Bank Closures Do Not Increase Digital Payments
Research published by the University of Bristol shows bank closures are not causing people to switch to digital payments and banking. Instead, cash services remain in high demand and Brits are turning to Post Offices to meet their needs.
Published in September, ‘Cashing in: How do cash deposits at Post Offices change when local bank branches shut?’ analyses the relationship between the closure of local bank branches and cash deposit volumes. The researchers add: ‘it highlights the importance of protecting—and improving—mechanisms such as the Post Office that consumers and businesses use to deposit cash when traditional banking services fail.’
Despite much talk of the UK becoming a ‘cashless’ society, cash withdrawal volumes in 2022 have now recovered to their highest level since the beginning of the coronavirus pandemic in early 2020.
The research—which analyses data from over 10,000 branches—shows cash deposits at Post Offices increased generally between April 2021 and March 2022, but saw far steeper increases where nearby bank branches had closed. Urban Post Offices with one or more bank closures within a kilometre saw deposit volumes grow by 27 percent, compared with eight percent for other urban Post Offices. Rural branches that had seen bank closures within five kilometres received an 11 percent increase in deposits, compared with a two percent rise in other rural branches.
Dr Daniel Tischer of the University of Sheffield’s Management School, one of the study’s authors, explains that while access to physical retail and service locations was restricted in 2020, now that behaviour is normalising, it is hardly surprising demand for cash is rising. Small businesses in particular ‘need to have a way to pay in the cash they take.’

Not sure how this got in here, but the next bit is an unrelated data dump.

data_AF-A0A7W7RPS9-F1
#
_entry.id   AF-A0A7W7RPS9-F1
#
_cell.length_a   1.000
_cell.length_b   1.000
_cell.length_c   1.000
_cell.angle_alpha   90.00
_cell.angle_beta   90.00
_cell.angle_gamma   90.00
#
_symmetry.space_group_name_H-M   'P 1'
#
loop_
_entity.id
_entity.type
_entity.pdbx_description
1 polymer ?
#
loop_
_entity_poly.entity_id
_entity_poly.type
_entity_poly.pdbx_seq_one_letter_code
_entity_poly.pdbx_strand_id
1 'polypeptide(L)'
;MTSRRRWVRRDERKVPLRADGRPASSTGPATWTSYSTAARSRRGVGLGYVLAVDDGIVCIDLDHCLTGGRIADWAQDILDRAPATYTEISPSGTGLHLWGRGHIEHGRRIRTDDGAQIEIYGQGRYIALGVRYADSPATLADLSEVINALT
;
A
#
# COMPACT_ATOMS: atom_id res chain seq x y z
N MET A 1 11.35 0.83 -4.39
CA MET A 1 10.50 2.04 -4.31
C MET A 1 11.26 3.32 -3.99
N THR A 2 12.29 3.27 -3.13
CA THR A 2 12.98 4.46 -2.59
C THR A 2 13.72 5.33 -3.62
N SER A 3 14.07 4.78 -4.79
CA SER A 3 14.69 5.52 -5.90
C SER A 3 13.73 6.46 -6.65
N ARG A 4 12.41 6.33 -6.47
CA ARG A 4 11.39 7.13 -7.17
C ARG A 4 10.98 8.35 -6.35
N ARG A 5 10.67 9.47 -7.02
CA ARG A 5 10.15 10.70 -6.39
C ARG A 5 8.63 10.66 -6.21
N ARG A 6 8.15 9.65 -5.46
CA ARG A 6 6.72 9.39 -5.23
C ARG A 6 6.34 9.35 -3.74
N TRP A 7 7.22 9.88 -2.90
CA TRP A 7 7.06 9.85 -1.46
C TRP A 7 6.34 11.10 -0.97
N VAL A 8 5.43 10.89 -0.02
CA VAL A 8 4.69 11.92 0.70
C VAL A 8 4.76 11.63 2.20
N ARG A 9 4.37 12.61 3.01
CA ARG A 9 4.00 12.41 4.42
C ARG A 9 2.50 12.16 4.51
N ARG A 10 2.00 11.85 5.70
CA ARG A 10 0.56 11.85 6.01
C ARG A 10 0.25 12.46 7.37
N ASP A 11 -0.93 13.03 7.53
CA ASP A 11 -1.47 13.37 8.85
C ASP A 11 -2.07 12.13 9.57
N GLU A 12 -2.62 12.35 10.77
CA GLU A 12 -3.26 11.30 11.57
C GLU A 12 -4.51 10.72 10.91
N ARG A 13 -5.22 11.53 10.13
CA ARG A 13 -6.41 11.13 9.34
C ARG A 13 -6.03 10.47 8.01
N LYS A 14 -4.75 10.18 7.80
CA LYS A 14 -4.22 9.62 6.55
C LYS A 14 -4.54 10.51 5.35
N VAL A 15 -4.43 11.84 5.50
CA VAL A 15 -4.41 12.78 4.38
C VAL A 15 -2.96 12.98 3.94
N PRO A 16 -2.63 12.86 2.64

What is important here is to recognise that cash is not dead yet, and that many people and local businesses still use cash on a daily basis. We must make sure that those who need access to cash service continue to [have it] in future.
Rebecca Ferguson, Media and PR Officer at the University of Sheffield, notes in her summary that the research highlights an important point: losing access to banking facilities does not mean people automatically switch to digital payments. ‘Instead, individuals and local businesses look for an alternative to pay in their cash, which the Post Office offers to most UK banking customers.’
Jamie Evans of the University of Bristol’s Personal Finance Research Centre emphasises ‘it is crucial that we don’t leave cash deposit facilities to crumble’ if the UK is to ensure retailers can continue to accept cash payments. Evans also believes schemes such as the Banking Framework—that enables the Post Office to provide cash services—and the recently-introduced Banking Hubs must be properly supported, especially at a time when more people are turning to cash to manage strained finances.
With growing concerns around the cost of living, it has been reported that many households are increasingly relying on cash to help them keep to their budget.
Ross Borkett, Head of Banking at Post Office, welcomed the report’s findings and said the provision of cash services ‘plays a vital role in economic regeneration’ in towns experiencing bank and retail closures.
Post Offices provide a lifeline for small businesses to deposit their cash takings and increasingly for people to budget using cash for the difficult time ahead.